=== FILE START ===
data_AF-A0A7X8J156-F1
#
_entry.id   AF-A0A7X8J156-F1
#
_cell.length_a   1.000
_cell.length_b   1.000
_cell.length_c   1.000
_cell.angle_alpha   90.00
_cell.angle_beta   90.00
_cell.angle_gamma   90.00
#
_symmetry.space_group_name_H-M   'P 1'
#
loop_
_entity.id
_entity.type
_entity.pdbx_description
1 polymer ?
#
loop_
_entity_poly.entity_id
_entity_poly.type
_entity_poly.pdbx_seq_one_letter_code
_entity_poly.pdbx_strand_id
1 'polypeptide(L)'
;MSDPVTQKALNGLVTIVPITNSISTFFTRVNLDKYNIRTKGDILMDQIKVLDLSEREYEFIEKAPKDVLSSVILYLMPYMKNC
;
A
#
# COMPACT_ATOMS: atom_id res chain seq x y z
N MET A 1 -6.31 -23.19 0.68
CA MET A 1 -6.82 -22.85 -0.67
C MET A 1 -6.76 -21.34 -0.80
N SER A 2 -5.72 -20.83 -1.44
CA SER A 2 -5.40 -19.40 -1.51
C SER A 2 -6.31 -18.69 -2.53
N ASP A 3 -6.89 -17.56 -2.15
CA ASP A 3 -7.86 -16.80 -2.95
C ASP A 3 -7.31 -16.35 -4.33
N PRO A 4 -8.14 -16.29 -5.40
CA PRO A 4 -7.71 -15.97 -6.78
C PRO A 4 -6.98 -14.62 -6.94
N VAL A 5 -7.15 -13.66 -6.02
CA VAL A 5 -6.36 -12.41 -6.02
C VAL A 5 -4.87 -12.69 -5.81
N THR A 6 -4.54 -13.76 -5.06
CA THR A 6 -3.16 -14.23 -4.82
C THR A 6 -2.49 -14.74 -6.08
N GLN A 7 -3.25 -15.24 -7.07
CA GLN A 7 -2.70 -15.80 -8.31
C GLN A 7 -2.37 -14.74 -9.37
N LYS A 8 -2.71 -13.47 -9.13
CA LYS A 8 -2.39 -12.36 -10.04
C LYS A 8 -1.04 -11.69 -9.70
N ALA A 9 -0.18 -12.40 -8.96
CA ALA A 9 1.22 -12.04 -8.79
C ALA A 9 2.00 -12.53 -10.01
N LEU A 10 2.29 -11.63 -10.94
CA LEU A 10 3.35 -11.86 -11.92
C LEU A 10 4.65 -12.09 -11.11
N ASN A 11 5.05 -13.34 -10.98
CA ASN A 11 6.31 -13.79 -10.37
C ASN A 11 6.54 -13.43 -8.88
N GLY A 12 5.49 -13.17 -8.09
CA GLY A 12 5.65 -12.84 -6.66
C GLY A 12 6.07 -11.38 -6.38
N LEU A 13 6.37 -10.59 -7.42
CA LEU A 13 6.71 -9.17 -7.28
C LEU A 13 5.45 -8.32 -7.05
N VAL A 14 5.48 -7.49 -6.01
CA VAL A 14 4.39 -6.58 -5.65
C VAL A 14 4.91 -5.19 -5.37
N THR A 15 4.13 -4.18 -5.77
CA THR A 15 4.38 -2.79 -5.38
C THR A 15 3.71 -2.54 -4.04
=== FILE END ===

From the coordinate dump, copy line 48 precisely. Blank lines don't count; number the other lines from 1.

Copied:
C THR A 6 -2.49 -14.74 -6.08